flank of the infantry, so as to screen, so far as possible, the direction of our advance and the points to which it was directed.
Each wing had its separate and efficient pontoon train.
marched and camped first with one wing, then with the other.
Moving rapidly to Atlanta
advanced thence by McDonough
, and Clinton
, to Gordon
advanced by Covington
, and Eatonton
, concentrating on Milledgeville
which was entered without opposition; Sherman
thus far accompanying the 14th corps, which was the last to leave Atlanta
and had not had a chance to fire a shot.
In fact, the principal resistance encountered by our infantry was that of the bad roads of Georgia
at that rainy season.
had seen (for a moment) a few Rebel cavalry at the crossing of Cotton river; but, though they set fire to the bridge, they were driven off so promptly that only the planks were damaged.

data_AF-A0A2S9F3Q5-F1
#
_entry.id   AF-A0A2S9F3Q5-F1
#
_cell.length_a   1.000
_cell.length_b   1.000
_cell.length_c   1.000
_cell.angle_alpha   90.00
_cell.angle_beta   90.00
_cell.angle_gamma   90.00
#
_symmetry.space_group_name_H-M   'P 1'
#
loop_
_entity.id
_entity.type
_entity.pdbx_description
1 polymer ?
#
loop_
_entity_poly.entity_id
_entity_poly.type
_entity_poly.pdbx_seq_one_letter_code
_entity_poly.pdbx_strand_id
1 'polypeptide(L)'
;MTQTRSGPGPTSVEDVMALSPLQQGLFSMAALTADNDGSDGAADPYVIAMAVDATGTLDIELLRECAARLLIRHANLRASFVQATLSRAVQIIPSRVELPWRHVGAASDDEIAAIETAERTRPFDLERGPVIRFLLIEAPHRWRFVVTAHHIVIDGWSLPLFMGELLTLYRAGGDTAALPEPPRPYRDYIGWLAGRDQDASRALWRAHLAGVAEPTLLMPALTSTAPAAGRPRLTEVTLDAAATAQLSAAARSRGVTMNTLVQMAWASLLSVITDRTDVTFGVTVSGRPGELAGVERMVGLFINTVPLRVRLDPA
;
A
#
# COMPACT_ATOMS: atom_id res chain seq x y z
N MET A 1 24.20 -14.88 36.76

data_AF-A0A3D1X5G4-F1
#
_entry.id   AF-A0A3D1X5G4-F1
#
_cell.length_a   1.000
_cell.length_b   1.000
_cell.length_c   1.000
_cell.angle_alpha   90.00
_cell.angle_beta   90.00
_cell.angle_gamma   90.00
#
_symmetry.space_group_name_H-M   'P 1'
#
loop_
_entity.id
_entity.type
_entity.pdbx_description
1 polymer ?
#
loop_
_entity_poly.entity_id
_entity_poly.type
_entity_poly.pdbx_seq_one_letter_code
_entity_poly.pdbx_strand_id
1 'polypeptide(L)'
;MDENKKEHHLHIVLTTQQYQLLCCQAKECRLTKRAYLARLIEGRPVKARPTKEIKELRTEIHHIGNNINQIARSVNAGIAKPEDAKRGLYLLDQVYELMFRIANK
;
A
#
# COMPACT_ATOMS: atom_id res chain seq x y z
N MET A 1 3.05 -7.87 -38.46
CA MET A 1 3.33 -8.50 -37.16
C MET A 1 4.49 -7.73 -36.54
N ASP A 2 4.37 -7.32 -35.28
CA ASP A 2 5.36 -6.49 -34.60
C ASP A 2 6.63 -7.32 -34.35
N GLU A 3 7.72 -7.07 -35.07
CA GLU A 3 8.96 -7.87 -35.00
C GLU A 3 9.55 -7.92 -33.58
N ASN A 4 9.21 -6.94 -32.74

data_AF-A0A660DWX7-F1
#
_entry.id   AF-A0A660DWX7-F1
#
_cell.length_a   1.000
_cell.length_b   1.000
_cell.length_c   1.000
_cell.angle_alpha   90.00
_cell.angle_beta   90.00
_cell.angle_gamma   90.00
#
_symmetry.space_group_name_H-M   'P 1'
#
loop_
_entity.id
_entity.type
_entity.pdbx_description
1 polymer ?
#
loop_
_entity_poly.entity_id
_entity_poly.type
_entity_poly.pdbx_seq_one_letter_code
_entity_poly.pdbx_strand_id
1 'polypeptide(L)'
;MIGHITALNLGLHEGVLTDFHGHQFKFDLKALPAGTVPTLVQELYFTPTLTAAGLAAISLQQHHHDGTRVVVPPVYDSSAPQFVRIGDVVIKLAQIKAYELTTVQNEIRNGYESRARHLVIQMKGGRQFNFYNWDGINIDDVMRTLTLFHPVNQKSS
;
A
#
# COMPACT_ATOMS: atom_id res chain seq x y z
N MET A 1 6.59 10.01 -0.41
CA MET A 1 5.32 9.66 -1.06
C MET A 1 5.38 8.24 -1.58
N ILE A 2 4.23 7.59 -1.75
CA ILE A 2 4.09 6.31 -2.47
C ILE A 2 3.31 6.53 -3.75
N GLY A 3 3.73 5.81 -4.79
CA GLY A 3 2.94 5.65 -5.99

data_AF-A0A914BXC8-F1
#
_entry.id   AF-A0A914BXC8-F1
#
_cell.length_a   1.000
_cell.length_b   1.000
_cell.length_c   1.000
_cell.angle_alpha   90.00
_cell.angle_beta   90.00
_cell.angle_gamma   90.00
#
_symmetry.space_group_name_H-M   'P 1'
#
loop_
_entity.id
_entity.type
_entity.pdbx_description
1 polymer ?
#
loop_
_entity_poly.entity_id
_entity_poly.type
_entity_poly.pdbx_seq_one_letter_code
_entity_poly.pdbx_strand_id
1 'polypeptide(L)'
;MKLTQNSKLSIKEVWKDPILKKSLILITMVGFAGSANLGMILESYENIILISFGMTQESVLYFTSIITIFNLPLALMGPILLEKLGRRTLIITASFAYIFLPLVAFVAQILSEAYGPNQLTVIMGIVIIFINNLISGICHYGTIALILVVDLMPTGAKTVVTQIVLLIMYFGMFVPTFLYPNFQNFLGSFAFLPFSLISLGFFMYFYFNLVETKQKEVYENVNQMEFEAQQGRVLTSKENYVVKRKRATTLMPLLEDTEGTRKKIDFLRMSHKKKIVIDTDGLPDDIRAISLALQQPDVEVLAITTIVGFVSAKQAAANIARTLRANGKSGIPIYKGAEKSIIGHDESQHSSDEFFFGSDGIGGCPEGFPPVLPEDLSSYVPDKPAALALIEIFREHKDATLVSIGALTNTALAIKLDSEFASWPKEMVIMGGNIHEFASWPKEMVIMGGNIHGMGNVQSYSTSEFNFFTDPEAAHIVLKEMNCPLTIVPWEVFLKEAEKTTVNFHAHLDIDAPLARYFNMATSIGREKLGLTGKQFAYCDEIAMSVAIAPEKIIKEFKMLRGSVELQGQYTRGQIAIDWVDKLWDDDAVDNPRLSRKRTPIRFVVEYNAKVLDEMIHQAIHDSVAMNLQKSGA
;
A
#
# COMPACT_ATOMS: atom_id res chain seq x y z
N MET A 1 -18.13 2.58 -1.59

Thus far, our infantry had mainly been busied with destroying railroads and foraging on the plenty of central Georgia
; each subordinate commander being instructed to live on the country so far as possible; saving to the utmost the twenty days bread, forty days beef, coffee, sugar, &c., and three days forage, contained in our wagons.
Helping the trains across the Ocmulgee
and its tributaries, and up the long, steep hills beyond, had been the principal labor of the march; which was intended to average 15 miles per day.
held the laboring oar. Moving south5
, he had been confronted at East Point
by Rebel cavalry; with whom he skirmished, driving them to Flint river
, which he crossed at Jonesboroa
at 7 A. M. next day; following the enemy to Lovejoy
's, where they had taken post in the old Rebel works, having two guns.
's brigade, Kilpatrick
attacked and carried the works, capturing 50 prisoners; Atkins
's brigade soon after charging the fleeing foe, and taking their guns.
pushed thence by McDonough